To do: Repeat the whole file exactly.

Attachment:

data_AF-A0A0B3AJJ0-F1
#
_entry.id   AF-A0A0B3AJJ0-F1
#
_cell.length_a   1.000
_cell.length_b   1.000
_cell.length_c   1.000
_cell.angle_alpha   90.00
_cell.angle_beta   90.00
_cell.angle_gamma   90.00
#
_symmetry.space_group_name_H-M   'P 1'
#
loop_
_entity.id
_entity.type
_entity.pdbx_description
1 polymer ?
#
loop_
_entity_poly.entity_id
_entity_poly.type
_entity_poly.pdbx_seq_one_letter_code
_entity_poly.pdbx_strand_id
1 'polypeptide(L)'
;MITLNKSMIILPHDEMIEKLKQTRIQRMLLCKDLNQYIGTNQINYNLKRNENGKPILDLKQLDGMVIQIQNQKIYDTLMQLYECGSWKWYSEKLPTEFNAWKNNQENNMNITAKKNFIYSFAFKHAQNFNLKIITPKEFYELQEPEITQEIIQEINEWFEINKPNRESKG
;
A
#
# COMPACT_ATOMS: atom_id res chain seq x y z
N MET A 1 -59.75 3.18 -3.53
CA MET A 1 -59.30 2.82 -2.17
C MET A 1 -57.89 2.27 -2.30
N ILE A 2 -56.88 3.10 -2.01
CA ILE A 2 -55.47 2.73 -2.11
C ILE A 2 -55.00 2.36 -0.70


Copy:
data_AF-A0A0B3AJJ0-F1
#
_entry.id   AF-A0A0B3AJJ0-F1
#
_cell.length_a   1.000
_cell.length_b   1.000
_cell.length_c   1.000
_cell.angle_alpha   90.00
_cell.angle_beta   90.00
_cell.angle_gamma   90.00
#
_symmetry.space_group_name_H-M   'P 1'
#
loop_
_entity.id
_entity.type
_entity.pdbx_description
1 polymer ?
#
loop_
_entity_poly.entity_id
_entity_poly.type
_entity_poly.pdbx_seq_one_letter_code
_entity_poly.pdbx_strand_id
1 'polypeptide(L)'
;MITLNKSMIILPHDEMIEKLKQTRIQRMLLCKDLNQYIGTNQINYNLKRNENGKPILDLKQLDGMVIQIQNQKIYDTLMQLYECGSWKWYSEKLPTEFNAWKNNQENNMNITAKKNFIYSFAFKHAQNFNLKIITPKEFYELQEPEITQEIIQEINEWFEINKPNRESKG
;
A
#
# COMPACT_ATOMS: atom_id res chain seq x y z
N MET A 1 -59.75 3.18 -3.53
CA MET A 1 -59.30 2.82 -2.17
C MET A 1 -57.89 2.27 -2.30
N ILE A 2 -56.88 3.10 -2.01
CA ILE A 2 -55.47 2.73 -2.11
C ILE A 2 -55.00 2.36 -0.70